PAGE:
Hi! My name is Marissa and I'm the kitchen witch behind Sweet Apothecary (and the treats pictured below). Nice to meet ya! ;)
(Psst - this is a bit of an intro post. If you're just here for the starter glossary, click here!)
This whole endeavor started back in 2020 when I learned I would have to cut gluten out of my diet. As a vegan with anaphylaxis (a deathly allergy) to all nuts and soy, my food choices at the time leaned *heavily* on carbs (I still think bread is the best thing since someone decided to slice it), so I was more than a little devastated and at a lost for what to eat.
Now, I am very lucky - we are living in a great time to have dietary restrictions and food allergies. I've been allergic to nuts my whole life, and there is so much more awareness about common allergens now than there has ever been before. The fact that I can go into any regular grocery store - being vegan, gluten-free, nut-free, and soy-free - and am able to find more than raw fruit and veggies to eat is amazing. And even my small northern-Ontario town has two gluten-free bakeries, a nut-free bakery, and more than one fully-vegan restaurant on *one street*. That's AMAZING.
Of course, when you combine aaallllllll the things I can't eat into one person's diet, it can still make food choices super limited. As far as I know, my little home bakery is the only place offering entirely gluten-free, vegan, nut-free, AND soy-free treats. And understandably so - it took me months, and many more inedible cupcakes than I'd like to admit, before I even figured out a GF flour mix that worked for me. But I had to do it - I LOVE desserts, and I couldn't find some anywhere else. So I learned how to make my own. And now I want to help you make some treats too!
I've had a sweet tooth since before I can remember, and I'm not going to let being unable to eat most of the things used to make traditional desserts stop me. Everyone deserves desserts - and yes, you do too. :)
Since my career shifted to full-time employment (I'm in PR & marketing by day), I no longer bake full-time. I still whip up the odd special order as they come in, but I didn't want to let Sweet Apothecary fizzle out just because I can't spend days covered in flour in my kitchen any more. So I've decided to shift my focus to this blog to try to keep helping people like me, just in a slightly different way.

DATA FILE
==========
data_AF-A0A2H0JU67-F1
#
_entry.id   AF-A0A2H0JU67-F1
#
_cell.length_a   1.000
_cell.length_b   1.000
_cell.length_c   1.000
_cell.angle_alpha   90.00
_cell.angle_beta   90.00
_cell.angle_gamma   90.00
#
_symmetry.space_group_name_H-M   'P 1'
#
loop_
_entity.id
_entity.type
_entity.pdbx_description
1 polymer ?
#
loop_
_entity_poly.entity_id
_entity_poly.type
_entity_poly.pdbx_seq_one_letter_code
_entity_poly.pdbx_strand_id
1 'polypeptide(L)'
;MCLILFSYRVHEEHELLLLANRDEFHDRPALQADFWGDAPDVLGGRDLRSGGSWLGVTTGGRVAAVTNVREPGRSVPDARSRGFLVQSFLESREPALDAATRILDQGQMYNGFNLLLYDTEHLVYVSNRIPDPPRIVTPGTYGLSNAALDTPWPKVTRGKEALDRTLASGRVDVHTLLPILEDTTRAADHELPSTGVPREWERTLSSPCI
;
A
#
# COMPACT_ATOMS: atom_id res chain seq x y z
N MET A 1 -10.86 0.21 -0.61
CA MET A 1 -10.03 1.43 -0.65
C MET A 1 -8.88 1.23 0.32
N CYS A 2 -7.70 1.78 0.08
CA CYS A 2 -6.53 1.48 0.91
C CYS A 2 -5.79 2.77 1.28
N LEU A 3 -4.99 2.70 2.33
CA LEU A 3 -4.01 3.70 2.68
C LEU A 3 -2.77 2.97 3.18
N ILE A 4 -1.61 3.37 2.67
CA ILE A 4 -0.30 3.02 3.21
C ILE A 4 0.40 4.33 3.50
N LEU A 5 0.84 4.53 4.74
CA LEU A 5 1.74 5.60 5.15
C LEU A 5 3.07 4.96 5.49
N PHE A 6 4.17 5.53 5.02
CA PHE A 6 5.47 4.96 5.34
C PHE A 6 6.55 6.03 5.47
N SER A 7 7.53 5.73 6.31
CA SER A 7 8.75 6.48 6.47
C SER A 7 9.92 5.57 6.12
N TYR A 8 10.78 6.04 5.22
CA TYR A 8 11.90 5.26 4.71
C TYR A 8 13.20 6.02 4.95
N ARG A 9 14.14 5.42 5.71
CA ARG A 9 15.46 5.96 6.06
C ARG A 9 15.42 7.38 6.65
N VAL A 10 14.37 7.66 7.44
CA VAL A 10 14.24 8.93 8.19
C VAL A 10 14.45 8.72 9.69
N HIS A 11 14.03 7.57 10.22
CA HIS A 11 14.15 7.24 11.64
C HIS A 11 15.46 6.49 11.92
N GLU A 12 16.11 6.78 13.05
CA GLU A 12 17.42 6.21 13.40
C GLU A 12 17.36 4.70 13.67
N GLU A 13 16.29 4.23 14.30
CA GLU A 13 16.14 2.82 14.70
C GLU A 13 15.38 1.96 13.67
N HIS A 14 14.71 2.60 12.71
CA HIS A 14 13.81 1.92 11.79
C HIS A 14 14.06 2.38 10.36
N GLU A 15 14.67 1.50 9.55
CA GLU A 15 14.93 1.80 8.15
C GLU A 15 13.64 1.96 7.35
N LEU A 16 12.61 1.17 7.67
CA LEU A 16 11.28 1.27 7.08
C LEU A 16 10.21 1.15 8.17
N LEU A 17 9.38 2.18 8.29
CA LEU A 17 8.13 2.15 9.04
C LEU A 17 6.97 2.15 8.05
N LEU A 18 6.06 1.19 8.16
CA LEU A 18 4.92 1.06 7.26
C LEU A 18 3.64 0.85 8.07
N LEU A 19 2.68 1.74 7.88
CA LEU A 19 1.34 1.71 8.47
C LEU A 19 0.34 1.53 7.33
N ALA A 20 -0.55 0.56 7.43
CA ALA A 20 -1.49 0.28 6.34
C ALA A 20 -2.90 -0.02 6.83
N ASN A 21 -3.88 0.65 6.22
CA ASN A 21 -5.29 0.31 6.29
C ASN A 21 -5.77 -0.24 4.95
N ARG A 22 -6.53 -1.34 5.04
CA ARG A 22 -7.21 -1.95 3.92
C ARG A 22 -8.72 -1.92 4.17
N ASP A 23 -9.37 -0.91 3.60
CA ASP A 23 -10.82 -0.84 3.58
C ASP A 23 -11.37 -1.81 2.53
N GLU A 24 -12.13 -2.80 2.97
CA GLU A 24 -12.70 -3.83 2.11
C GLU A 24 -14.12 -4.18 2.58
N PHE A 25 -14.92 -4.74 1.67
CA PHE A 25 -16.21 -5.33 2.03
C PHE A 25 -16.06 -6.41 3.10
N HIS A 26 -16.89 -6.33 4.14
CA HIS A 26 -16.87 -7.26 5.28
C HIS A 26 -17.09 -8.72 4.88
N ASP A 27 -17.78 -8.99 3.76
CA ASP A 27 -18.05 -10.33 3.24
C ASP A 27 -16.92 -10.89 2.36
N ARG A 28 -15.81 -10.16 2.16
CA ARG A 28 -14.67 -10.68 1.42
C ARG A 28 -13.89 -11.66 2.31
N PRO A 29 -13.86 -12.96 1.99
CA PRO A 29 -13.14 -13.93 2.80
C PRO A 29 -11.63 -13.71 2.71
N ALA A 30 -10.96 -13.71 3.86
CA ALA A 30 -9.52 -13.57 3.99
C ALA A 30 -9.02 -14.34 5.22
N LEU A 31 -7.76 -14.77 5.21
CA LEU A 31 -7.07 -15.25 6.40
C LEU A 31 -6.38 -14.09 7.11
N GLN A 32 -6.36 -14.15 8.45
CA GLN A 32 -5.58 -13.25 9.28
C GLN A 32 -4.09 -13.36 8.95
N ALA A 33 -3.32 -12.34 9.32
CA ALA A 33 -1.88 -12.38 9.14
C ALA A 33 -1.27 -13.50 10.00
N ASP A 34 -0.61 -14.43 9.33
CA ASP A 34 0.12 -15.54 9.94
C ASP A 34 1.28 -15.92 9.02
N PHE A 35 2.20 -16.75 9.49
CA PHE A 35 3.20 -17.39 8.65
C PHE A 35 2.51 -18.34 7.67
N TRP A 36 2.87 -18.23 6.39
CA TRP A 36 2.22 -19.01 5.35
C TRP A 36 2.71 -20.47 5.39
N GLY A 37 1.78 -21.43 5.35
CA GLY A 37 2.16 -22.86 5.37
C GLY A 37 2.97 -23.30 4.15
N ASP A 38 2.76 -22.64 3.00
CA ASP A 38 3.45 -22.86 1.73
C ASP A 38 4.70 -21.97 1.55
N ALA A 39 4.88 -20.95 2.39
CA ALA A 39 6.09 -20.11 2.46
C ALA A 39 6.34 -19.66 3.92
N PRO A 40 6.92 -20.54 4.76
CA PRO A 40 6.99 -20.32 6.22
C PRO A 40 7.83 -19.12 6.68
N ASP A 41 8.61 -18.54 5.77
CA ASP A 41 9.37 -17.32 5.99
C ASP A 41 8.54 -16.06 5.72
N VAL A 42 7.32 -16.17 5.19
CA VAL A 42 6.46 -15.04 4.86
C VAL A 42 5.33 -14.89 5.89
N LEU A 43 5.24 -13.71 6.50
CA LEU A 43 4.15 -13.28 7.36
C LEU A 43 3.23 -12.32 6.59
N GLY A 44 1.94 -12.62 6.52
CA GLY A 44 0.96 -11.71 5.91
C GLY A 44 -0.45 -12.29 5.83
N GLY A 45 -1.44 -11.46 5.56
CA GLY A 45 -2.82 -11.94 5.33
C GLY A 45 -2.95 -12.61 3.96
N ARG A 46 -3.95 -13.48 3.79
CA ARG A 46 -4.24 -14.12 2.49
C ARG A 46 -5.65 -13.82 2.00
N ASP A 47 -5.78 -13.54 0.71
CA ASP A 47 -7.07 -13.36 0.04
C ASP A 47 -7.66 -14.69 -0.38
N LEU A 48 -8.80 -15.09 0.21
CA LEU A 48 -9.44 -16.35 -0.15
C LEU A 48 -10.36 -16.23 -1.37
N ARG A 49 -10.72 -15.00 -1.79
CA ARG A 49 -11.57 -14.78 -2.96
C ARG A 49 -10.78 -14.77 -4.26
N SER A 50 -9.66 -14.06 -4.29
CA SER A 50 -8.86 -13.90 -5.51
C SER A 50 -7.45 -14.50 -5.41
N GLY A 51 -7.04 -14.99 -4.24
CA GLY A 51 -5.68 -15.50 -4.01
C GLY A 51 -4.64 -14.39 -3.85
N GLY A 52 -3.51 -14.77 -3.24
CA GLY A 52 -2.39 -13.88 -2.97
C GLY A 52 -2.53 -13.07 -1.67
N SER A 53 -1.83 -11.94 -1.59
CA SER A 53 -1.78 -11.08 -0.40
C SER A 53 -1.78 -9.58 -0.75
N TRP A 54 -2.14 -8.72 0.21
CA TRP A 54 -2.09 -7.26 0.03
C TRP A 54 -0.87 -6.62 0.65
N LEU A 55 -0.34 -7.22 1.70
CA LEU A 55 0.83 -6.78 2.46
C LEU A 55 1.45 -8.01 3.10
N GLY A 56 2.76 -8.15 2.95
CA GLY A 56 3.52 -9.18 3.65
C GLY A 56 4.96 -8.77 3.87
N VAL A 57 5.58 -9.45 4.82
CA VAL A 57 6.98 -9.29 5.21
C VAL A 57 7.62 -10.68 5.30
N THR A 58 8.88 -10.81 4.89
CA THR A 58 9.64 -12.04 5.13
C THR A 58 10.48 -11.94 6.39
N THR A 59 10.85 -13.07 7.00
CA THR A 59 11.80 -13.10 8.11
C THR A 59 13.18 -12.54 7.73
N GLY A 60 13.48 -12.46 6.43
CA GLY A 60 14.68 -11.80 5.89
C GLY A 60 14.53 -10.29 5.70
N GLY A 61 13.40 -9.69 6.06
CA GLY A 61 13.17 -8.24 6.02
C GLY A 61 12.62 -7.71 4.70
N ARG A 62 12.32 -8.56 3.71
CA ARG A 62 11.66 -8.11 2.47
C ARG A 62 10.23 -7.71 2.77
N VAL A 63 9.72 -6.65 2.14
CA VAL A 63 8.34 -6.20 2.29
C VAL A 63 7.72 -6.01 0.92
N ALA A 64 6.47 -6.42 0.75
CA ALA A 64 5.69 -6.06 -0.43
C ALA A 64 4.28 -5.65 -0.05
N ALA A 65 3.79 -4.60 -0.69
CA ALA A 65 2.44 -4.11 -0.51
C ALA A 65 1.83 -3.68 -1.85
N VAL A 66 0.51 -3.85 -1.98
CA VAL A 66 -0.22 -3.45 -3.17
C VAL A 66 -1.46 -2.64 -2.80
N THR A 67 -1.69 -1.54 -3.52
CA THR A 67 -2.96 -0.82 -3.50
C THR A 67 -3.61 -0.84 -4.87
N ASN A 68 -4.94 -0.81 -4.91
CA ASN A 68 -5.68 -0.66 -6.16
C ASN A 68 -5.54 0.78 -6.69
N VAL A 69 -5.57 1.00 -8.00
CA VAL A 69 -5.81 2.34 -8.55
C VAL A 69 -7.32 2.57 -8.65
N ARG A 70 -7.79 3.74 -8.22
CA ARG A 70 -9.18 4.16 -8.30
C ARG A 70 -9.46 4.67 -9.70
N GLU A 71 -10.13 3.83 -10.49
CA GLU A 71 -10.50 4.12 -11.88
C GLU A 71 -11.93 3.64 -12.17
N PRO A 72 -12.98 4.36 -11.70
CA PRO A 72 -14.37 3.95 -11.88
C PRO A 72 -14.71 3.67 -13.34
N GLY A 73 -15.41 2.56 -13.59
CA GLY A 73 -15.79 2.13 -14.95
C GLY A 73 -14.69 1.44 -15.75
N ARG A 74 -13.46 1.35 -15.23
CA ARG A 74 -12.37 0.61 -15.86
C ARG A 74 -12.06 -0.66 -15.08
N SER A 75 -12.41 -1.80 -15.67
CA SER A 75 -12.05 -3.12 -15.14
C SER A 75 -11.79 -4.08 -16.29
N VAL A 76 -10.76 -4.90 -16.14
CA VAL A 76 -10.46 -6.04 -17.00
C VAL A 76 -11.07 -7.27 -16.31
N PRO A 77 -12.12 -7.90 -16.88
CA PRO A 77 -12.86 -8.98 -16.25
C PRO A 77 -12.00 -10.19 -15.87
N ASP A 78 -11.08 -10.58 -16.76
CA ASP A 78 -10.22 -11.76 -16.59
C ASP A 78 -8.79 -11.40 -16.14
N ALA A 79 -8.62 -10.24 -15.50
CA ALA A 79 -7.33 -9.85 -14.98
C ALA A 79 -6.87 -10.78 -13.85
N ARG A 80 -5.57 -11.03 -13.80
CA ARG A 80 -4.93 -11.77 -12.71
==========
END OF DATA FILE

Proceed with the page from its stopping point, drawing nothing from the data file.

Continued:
In this lil' corner of the internet, you'll find tips for making your kitchen more allergy-friendly, tricks for baking and cooking without using common ingredients, some of my favourite plant-based and allergy-friendly recipes, and more. My goal is to make this a mini resource hub where people who can't eat anything - and those who love them - can find yummy ideas and a helpful hand to make things feel (and taste) a little more 'normal'. <3
To kick things off, I wanted to share an introductory glossary of some common terms and phrases you'll see on this blog, and in other allergy-conscious and plant-based spaces. If you're not new to dietary restrictions, some of these may be second nature to you - but if you've just found out yourself or someone you love needs to avoid some foods, this is a great place to start.
GLOSSARY & STARTER RESOURCES:
Allergy (ie Food Allergy): An allergy is when a body's immune system reacts unusually to something, so a food allergy is when a body's immune responses are triggered by eating, touching, or sometimes even smelling a specific food item. Allergic reactions can include hives, facial swelling, itching, sneezing, watery eyes, coughing, shortness of breath, drops in blood pressure, a sense of doom, and in extreme cases, death. When the allergy is so severe a reaction can cause death, that is called anaphylaxis. For example, I am anaphylactic to all nuts and soy protein. For answers to some FAQs about food allergies, I recommend taking a look at Food Allergy Canada's resources.